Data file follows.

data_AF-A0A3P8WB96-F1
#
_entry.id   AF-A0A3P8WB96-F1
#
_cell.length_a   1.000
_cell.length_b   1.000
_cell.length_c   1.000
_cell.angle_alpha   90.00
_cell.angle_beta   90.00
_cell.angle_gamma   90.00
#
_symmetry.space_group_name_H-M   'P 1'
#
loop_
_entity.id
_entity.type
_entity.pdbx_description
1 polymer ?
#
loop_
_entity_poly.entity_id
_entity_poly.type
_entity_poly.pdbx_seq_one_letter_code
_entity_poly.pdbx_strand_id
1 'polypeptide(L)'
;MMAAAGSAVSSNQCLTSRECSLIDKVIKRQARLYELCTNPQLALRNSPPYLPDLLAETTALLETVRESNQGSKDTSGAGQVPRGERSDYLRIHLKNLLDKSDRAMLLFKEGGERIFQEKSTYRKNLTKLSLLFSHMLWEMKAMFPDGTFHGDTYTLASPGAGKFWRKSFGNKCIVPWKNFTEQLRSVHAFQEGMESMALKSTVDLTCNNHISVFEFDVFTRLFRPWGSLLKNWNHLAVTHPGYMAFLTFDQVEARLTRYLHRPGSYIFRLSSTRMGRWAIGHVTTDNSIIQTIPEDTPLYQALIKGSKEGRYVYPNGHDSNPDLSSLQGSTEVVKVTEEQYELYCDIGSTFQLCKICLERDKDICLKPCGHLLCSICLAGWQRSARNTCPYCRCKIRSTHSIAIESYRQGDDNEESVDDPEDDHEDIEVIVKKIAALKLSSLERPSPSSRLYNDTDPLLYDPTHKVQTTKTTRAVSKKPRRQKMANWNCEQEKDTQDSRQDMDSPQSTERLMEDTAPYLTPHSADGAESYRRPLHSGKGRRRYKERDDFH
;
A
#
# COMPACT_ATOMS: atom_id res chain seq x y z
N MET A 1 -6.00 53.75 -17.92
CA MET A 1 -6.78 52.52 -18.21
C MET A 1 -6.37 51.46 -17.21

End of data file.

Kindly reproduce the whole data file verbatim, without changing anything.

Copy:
data_AF-A0A3P8WB96-F1
#
_entry.id   AF-A0A3P8WB96-F1
#
_cell.length_a   1.000
_cell.length_b   1.000
_cell.length_c   1.000
_cell.angle_alpha   90.00
_cell.angle_beta   90.00
_cell.angle_gamma   90.00
#
_symmetry.space_group_name_H-M   'P 1'
#
loop_
_entity.id
_entity.type
_entity.pdbx_description
1 polymer ?
#
loop_
_entity_poly.entity_id
_entity_poly.type
_entity_poly.pdbx_seq_one_letter_code
_entity_poly.pdbx_strand_id
1 'polypeptide(L)'
;MMAAAGSAVSSNQCLTSRECSLIDKVIKRQARLYELCTNPQLALRNSPPYLPDLLAETTALLETVRESNQGSKDTSGAGQVPRGERSDYLRIHLKNLLDKSDRAMLLFKEGGERIFQEKSTYRKNLTKLSLLFSHMLWEMKAMFPDGTFHGDTYTLASPGAGKFWRKSFGNKCIVPWKNFTEQLRSVHAFQEGMESMALKSTVDLTCNNHISVFEFDVFTRLFRPWGSLLKNWNHLAVTHPGYMAFLTFDQVEARLTRYLHRPGSYIFRLSSTRMGRWAIGHVTTDNSIIQTIPEDTPLYQALIKGSKEGRYVYPNGHDSNPDLSSLQGSTEVVKVTEEQYELYCDIGSTFQLCKICLERDKDICLKPCGHLLCSICLAGWQRSARNTCPYCRCKIRSTHSIAIESYRQGDDNEESVDDPEDDHEDIEVIVKKIAALKLSSLERPSPSSRLYNDTDPLLYDPTHKVQTTKTTRAVSKKPRRQKMANWNCEQEKDTQDSRQDMDSPQSTERLMEDTAPYLTPHSADGAESYRRPLHSGKGRRRYKERDDFH
;
A
#
# COMPACT_ATOMS: atom_id res chain seq x y z
N MET A 1 -6.00 53.75 -17.92
CA MET A 1 -6.78 52.52 -18.21
C MET A 1 -6.37 51.46 -17.21